MINNEAPOLIS (WCCO) — The stakes are high in the 2020 presidential race, not just for who’s on the ballot, but the ballot itself.

In 2016, Russian hackers targeted Minnesota’s Secretary of State website by scanning IP addresses and looking for vulnerabilities. The attempt was unsuccessful, and the state’s department of information technology vows to keep security tight again this year.

WCCO got a behind-the-scenes look into the room where a dozen people monitor threats from around the world. They have technology to notice certain patterns and red flags, investigate them, then stop that threat from doing any damage.

Minnesota IT Services (MNIT) is essentially the gatekeeper for the state’s websites, including voter registration, licensing, and state police. Deputy Chief Information Security Officer Rohit Tandon says protecting each of those valuable assets is a complicated task.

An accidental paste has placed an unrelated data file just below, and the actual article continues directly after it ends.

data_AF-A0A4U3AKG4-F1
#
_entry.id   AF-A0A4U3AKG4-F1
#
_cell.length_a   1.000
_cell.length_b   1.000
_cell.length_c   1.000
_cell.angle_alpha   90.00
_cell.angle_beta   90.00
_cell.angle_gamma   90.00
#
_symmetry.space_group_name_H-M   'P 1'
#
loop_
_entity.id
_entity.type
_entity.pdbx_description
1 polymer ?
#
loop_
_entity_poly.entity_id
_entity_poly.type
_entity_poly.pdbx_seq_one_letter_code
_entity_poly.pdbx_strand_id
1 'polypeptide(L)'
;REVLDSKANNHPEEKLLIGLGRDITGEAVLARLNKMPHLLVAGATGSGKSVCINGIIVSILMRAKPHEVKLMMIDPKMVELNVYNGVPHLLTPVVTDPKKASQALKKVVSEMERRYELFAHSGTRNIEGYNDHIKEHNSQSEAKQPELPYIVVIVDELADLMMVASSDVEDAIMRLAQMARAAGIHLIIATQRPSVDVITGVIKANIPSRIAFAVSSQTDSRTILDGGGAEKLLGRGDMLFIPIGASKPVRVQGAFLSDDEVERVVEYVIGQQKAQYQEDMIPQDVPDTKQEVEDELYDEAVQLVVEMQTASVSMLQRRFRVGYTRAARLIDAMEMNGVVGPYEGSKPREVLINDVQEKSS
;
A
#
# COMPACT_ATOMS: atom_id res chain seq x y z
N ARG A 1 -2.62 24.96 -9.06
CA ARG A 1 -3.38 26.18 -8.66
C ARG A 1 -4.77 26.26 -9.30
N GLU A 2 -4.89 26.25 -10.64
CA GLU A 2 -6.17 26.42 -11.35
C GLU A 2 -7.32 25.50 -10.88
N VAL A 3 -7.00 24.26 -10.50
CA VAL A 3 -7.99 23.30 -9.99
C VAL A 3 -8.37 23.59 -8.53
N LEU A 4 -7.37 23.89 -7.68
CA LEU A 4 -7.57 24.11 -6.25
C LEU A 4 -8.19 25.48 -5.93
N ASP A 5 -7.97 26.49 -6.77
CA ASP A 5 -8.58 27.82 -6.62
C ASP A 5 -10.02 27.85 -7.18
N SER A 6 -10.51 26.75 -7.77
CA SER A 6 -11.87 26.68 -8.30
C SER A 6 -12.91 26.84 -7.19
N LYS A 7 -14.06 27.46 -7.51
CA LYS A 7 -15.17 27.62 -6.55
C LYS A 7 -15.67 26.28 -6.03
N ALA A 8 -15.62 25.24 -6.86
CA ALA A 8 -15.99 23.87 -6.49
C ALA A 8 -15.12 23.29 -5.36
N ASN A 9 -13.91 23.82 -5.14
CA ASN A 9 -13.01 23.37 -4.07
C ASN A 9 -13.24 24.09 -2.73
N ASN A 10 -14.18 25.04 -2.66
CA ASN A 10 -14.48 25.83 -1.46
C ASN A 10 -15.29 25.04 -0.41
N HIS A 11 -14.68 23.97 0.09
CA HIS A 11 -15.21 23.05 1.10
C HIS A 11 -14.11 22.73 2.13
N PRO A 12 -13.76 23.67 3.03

“There are new tools and technologies out there to help us defend better, but don’t forget the attackers are also becoming more and more sophisticated in leveraging their technology to achieve their mission,” Tandon said. “The challenge for us is to constantly stay a step ahead. That’s really where we’re trying to focus our energy.”

The most common threats, however, come in from phishing emails and malware, according to Tandon. He urges people understand ways hackers try to get in, and how to protect themselves against them, regardless of whether they’re affiliated with the state or are just protecting their own information.

“There are multiple layers to security,” Tandon said. “Having a strong password is one, having two-factor authentication adds another layer of security. Patching your system adds another. So it’s about building these layers that overall, create a strong security position.”

The FBI recently announced it too is stepping up how it handles threats online, by alerting local authorities directly.

Christiane Cordero

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